The Society, which is celebrating its centennial in 2016, has more than 18,000 members, including scientists, physicians, educators, nurses and students in 122 countries. To learn more about the Society and the field of endocrinology, visit our site at http://www.endocrine.org. Follow us on Twitter at @TheEndoSociety and @EndoMedia.

The Endocrine Society

Related Obesity Articles:

Obesity is in the eye of the beholder
Doctors have a specific definition of what it means to be overweight or obese, but in the social world, gender, race and generation matter a lot for whether people are judged as 'thin enough' or 'too fat.'
Type 2 diabetes and obesity -- what do we really know?
Social and economic factors have led to a dramatic rise in type 2 diabetes and obesity around the world.
Three in 4 don't know obesity causes cancer
Three out of four (75 percent) people in the UK are unaware of the link between obesity and cancer, according to a new Cancer Research UK report published today.
Obesity on the rise in Indonesia
Obesity is on the rise in Indonesia, one of the largest studies of the double burden of malnutrition in children has revealed.
Obesity rates are not declining in US youth
A clear and significant increase in obesity continued from 1999 through 2014, according to an analysis of data on United States children and adolescents age 2 to 19 years.
How does the environment affect obesity?
Researchers will be examining how agricultural and food processing practices may affect brown fat activity directly or indirectly.
Obesity Day to highlight growing obesity epidemic in Europe
The growing obesity epidemic, which is predicted to affect more than half of all European citizens by 2030, will be the focus of European Obesity Day to be held on May 21.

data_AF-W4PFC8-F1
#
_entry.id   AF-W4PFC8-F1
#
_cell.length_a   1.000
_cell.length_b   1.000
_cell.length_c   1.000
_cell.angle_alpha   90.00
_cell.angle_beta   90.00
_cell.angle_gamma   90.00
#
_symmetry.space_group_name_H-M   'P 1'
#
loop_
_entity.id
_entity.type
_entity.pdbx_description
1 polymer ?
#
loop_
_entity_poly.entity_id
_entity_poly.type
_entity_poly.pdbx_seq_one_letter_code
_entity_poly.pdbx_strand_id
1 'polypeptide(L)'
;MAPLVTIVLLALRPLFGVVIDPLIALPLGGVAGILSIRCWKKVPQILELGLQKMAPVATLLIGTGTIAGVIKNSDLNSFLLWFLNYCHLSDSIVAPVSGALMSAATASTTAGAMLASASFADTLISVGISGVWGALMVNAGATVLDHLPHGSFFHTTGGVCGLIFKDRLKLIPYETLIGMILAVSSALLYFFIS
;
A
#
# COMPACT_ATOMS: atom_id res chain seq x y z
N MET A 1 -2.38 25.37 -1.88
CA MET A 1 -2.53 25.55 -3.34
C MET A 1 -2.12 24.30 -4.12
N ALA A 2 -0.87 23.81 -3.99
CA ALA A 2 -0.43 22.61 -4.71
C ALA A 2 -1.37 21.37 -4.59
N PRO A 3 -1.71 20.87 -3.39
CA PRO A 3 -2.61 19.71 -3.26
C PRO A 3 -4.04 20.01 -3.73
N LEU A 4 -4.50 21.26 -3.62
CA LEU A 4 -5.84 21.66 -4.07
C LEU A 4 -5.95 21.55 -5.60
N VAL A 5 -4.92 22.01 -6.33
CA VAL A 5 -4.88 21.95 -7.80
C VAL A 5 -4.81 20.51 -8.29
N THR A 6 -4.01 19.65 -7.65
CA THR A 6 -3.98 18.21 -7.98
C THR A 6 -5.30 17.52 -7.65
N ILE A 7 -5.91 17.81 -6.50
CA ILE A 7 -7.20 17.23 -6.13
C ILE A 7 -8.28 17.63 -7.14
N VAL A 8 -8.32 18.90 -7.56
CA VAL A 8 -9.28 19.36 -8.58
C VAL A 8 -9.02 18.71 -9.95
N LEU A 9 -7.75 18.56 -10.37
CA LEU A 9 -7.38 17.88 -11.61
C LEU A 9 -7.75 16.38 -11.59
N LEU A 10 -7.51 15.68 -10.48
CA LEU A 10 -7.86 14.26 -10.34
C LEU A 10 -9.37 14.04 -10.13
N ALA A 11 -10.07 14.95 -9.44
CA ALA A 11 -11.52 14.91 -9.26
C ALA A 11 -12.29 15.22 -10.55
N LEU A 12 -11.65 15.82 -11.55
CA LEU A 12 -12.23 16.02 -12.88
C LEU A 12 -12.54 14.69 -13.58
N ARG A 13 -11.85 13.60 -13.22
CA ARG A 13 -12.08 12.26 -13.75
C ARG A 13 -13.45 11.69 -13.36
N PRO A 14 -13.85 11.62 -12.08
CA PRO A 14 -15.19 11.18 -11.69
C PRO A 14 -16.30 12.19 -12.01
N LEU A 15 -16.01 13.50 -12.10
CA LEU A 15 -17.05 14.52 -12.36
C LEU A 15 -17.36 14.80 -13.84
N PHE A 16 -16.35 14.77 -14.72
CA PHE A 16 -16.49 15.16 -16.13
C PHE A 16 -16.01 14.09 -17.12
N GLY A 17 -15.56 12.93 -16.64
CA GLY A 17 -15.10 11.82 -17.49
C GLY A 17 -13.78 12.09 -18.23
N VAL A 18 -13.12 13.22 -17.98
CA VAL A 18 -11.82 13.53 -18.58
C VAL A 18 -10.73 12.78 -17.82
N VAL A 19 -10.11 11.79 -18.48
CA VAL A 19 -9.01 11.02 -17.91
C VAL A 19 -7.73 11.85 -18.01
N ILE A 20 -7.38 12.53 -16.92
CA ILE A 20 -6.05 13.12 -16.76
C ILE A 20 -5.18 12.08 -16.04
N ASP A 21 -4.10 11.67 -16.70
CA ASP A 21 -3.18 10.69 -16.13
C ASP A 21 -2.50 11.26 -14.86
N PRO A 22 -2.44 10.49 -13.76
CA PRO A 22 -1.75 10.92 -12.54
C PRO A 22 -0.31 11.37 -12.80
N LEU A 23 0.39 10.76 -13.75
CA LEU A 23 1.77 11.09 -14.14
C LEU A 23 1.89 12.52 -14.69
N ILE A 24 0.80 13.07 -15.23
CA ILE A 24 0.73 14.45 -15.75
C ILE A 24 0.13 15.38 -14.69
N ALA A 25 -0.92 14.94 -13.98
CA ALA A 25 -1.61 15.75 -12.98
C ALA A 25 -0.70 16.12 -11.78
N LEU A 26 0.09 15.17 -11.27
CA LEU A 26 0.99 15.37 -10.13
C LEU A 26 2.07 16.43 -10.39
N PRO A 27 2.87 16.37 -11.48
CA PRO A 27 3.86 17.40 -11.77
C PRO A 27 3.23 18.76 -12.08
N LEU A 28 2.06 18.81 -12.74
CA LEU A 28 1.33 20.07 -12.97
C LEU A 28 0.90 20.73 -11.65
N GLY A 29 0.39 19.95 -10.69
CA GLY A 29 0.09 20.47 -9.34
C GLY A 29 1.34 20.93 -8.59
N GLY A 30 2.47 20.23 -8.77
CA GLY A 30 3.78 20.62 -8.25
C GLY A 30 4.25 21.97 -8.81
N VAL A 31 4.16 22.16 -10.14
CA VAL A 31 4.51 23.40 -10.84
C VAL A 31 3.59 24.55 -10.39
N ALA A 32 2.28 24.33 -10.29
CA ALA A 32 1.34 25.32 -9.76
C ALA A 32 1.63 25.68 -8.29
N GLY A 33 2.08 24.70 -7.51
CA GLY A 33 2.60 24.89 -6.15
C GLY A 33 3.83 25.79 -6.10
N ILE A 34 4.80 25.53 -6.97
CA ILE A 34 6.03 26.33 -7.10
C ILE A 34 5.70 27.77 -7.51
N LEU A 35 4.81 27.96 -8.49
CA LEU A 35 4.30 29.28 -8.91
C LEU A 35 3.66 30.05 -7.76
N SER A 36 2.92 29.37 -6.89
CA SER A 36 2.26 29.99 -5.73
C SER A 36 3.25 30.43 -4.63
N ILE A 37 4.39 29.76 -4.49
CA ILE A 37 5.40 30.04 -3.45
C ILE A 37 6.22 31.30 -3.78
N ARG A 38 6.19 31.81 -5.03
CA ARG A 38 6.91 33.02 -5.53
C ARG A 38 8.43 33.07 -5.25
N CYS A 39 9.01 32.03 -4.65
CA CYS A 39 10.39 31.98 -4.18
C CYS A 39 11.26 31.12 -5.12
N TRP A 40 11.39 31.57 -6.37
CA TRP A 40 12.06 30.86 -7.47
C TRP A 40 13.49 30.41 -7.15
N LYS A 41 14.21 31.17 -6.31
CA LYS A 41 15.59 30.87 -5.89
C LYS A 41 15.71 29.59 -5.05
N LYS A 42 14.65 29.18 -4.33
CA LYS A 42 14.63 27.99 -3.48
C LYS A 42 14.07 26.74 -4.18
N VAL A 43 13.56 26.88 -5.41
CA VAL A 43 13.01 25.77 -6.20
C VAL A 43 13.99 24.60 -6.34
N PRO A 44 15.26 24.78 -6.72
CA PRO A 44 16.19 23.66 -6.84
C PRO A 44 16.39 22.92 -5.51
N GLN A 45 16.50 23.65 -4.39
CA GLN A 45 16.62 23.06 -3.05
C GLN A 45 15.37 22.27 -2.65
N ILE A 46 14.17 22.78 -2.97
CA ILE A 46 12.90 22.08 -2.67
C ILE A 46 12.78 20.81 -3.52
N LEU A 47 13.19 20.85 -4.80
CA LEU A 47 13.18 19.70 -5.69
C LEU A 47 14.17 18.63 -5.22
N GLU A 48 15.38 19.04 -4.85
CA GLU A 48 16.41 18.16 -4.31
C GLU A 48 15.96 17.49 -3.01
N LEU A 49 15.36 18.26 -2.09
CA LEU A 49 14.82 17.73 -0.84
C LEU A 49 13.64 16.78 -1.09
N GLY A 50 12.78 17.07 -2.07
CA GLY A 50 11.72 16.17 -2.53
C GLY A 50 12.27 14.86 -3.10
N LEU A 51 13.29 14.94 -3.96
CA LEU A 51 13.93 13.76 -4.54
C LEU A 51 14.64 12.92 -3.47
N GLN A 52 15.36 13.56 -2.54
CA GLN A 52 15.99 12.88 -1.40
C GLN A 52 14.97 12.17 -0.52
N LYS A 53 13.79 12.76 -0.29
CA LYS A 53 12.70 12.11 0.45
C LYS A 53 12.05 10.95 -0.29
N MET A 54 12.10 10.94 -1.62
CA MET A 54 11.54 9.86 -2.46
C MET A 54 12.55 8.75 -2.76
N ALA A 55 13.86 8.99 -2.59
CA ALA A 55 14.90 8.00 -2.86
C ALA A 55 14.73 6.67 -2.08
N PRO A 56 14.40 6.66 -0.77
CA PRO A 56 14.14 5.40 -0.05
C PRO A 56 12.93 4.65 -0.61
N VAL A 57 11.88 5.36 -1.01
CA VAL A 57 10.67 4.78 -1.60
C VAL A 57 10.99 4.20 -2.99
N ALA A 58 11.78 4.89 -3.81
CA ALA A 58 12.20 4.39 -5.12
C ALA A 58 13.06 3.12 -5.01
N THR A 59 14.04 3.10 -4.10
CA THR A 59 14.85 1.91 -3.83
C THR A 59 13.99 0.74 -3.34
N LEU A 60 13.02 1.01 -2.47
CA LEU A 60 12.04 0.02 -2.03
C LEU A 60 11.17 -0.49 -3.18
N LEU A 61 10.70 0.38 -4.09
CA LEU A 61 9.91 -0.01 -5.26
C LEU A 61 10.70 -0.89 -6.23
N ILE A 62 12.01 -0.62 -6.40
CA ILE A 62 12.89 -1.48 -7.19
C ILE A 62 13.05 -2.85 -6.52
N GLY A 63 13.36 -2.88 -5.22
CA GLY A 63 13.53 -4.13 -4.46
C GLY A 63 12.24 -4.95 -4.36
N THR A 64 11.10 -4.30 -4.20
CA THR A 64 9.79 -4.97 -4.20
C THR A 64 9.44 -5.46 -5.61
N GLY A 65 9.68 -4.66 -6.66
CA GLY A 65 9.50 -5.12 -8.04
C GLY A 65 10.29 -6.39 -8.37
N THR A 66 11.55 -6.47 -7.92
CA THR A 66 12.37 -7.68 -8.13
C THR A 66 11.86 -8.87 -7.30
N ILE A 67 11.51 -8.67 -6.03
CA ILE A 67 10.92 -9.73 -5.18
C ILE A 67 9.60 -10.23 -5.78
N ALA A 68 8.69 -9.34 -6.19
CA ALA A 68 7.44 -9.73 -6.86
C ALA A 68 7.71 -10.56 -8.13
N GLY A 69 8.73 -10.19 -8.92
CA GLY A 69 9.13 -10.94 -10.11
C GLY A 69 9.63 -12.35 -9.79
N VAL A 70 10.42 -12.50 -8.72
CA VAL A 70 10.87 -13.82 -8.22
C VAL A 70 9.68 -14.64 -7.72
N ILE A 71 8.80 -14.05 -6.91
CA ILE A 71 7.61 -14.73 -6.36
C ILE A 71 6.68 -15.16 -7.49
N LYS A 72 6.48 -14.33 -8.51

Understanding obesity from the inside out
Researchers developed a new laboratory method that allowed them to identify GABA as a key player in the complex brain processes that control appetite and metabolism.
Epigenetic switch for obesity
Obesity can sometimes be shut down.
Immunological Aspects of Obesity
This FASEB Conference focuses on the interactions between obesity and immune cells, focusing in particular on how inflammation in various organs influences obesity and obesity-related complications.

Related Obesity Reading:

Best Science Podcasts 2019

We have hand picked the best science podcasts for 2019. Sit back and enjoy new science podcasts updated daily from your favorite science news services and scientists.
Now Playing: TED Radio Hour

Don't Fear Math
Why do many of us hate, even fear math? Why are we convinced we're bad at it? This hour, TED speakers explore the myths we tell ourselves and how changing our approach can unlock the beauty of math. Guests include budgeting specialist Phylecia Jones, mathematician and educator Dan Finkel, math teacher Eddie Woo, educator Masha Gershman, and radio personality and eternal math nerd Adam Spencer.
Now Playing: Science for the People

#518 With Genetic Knowledge Comes the Need for Counselling
This week we delve into genetic testing - for yourself and your future children. We speak with Jane Tiller, lawyer and genetic counsellor, about genetic tests that are available to the public, and what to do with the results of these tests. And we talk with Noam Shomron, associate professor at the Sackler School of Medicine at Tel Aviv University, about technological advancements his lab has made in the genetic testing of fetuses.